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Published: 2013/04/30
by Glenn H Roth

Jay Farrar: Honky Tonk and Junkyard Dogs

Jay Farrar has been busy writing lyrics for a new album and vignettes for a new book. Farrar was inspired by 1950s country music to make a new record and events from his life to write a memoir.

Farrar, the lead singer and founder of Son Volt, spoke to from his home in St. Louis to discuss his latest projects. Honky Tonk is Son Volt’s seventh studio album and Falling Cars and Junkyard Dogs is Farrar’s first book.

Son Volt’s lineup is rounded out by Mark Spencer (pedal steel and keyboards), Dave Bryson (drums), Andrew Duplantis (bass) and Gary Hunt (fiddle and electric lead guitar). The band is currently on tour until the end of June in support of their new album.

Were you looking to get back to a simpler style of music?

The idea was to get back to the fiddle and pedal steel sound that started back with the first Son Volt record ( Trace ) and expand on that and also explore aspects of the music called the twin-fiddle sound. I found it to be a very captivating sound when I came across it on old country music records from the 1950s and 1960s. It’s an interesting sound because a natural chorus effect is created. The pitch is not exactly the same, but it’s very close. It’s a very captivating sound.

Did you play the pedal steel parts on the new album?

I didn’t actually play it. What happened is that I became immersed into listening and playing it with a band around St. Louis called Colonel Ford. I’ve been learning how to play the pedal steel but I did not play it on this record. I do think having learned the instrument, that it gave me a unique perspective when it came time to add that instrumentation to the record.

The first track on the new album, “Hearts and Minds,” really sets the tone of beautiful Americana music that you can listen to from start to finish.

Going into the recording, I knew I wanted to acknowledge and play homage to honky-tonk music but not feel limited by its parameters. That first song “Hearts and Minds,” is an example. It’s sort of an ancillary offshoot of honky-tonk music as it has a Cajun sound. There are some other songs where we stretch things out a bit like “Down the Highway,” which has an Irish flavor to it; and the song “Living On” has a soulful flavor. But I think from a lyric perspective, I embraced the lexicon from that time period and just kind of ran with it.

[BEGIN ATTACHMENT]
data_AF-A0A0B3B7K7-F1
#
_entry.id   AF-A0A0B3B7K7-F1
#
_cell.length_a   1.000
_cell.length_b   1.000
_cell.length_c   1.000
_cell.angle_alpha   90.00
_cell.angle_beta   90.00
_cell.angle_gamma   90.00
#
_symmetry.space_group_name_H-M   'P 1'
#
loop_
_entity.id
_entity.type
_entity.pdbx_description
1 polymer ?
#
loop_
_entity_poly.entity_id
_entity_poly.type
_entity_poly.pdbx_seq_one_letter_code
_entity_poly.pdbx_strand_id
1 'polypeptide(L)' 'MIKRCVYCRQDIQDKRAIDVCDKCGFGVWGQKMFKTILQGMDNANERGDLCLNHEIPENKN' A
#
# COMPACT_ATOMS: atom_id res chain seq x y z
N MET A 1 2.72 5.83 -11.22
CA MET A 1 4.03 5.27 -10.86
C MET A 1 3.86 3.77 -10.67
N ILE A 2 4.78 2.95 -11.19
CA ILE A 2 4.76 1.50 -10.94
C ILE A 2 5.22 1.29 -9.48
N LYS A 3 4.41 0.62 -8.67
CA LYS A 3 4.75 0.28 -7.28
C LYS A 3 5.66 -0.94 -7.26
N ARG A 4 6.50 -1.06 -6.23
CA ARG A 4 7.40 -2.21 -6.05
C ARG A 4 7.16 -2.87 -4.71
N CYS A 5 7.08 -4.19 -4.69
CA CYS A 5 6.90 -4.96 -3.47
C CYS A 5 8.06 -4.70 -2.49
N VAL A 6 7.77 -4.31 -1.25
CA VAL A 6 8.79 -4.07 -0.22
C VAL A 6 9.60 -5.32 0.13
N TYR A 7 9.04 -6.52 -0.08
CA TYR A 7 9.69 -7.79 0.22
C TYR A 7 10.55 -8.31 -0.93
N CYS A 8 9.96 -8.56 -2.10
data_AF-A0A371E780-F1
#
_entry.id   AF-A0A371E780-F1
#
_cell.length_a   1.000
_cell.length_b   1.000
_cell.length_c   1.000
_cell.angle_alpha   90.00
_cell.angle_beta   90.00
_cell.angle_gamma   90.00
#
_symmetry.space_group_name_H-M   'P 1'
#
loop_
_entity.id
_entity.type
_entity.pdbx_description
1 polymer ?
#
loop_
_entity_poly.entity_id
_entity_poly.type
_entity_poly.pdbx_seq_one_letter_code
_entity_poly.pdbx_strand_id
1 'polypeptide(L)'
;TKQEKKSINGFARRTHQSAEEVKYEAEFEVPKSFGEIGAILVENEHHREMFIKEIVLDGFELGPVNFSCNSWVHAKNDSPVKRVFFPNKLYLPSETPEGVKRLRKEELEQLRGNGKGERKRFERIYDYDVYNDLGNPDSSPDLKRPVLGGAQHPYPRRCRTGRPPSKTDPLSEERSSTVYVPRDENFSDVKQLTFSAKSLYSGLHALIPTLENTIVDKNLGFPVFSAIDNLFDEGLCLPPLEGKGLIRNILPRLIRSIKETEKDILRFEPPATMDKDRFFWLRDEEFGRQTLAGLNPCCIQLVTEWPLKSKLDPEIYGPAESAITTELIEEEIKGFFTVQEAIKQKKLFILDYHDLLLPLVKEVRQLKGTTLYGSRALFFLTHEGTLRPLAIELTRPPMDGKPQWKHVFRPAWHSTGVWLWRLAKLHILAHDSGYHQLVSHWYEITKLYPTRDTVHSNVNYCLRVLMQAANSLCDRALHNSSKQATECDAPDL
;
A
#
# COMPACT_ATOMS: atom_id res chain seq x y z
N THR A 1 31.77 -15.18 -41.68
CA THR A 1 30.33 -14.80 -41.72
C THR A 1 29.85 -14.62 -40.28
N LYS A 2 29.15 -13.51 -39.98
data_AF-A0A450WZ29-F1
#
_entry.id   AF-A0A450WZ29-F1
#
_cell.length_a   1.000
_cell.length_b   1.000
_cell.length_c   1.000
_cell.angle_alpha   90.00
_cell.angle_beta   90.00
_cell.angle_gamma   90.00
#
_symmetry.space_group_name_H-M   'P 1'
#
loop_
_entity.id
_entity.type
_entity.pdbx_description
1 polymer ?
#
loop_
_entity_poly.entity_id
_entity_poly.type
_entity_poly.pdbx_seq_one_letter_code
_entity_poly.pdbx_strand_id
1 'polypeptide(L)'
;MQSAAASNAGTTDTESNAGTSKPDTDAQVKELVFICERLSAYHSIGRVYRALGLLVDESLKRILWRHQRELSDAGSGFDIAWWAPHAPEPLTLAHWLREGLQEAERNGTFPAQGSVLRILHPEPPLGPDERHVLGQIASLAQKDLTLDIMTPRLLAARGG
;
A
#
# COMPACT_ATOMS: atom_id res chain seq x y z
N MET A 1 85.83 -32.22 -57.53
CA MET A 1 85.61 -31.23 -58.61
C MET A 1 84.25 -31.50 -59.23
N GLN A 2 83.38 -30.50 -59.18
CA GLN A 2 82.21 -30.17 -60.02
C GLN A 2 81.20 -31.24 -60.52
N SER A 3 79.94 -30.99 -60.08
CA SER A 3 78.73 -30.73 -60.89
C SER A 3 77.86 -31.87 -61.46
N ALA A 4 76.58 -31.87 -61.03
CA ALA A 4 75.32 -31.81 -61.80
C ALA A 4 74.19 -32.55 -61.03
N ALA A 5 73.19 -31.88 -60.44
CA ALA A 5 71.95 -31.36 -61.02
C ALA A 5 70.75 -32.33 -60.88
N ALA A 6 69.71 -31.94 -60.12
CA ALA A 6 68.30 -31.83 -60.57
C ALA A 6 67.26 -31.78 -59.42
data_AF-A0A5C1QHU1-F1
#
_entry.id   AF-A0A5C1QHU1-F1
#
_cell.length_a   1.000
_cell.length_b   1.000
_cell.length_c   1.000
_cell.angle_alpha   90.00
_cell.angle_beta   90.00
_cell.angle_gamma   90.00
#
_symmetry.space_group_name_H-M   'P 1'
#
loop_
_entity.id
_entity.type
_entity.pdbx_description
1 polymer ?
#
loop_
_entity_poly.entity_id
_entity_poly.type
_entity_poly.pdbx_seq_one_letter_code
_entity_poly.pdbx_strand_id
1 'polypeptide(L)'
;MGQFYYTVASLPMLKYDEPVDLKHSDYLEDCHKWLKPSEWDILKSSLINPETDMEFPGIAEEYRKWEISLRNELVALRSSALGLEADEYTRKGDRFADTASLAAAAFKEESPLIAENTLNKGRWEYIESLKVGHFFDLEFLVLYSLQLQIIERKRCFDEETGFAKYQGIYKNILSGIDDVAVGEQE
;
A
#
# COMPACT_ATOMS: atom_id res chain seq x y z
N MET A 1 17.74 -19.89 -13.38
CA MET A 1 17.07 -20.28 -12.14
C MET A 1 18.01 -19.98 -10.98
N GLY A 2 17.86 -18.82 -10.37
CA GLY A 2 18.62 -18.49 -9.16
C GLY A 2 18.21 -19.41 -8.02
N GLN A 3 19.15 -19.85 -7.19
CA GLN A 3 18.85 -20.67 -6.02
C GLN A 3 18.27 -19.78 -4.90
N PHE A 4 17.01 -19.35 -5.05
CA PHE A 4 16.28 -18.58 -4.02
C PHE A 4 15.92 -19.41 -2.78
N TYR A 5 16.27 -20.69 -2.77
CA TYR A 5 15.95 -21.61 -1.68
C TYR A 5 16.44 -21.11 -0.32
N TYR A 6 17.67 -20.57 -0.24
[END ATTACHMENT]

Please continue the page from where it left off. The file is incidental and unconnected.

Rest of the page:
Where did the inspiration come from for all these new songs?

I would say that the inspiration came from listening to so much of it (honky tonk music) and getting into situations where I was playing it with a group of like-minded folks in bars. When it came to writing songs for the Son Volt record – making it more of a continuation of an aesthetic of the sound of the first Son Volt record just seemed like the natural way to go.

Is there a particular track that means a lot to you?

I guess in a lot of ways “Hearts and Minds” represents perseverance on our part because at first it started out as more of a honky-tonk shuffle beat, but it wasn’t working out to our expectations, so then we switched up to a Cajun waltz, then we had twin fiddles. The fiddle players actually tuned their fiddles down, so it’s actually a deeper fiddle sound. Just by being flexible, it allowed things to be more creative.

In the song, “Down the Highway,” there’s a lyric “Lessons lost, lessons learned.” Is that lyric reflective of your life journey?

It could be. Most of the lyrics I write are more of a composite of things observed in other people, mixed in with things that have happened to me. Once again, the lyrics on this record are much more thematic than any other record I’ve done before, because they all fall into that heartache and heartbreak realm, which is very much a part of the original honky-tonk music of the 1950s.

Also in “Seawalls,” there’s a line “Honky-tonk angels walking together.” Is there symbolism behind that lyric?

That’s a good way of putting it. Over the years, it took on symbolism. There are several songs. I believe the first one is from Hank Thompson (“The Wild Side of Life,” I didn’t know God made honky-tonk angels) and then there is an answer song by Kitty Wells called “It Wasn’t God Who Made Honky Tonk Angels.” It became kind of a legendary phrase in the genre.

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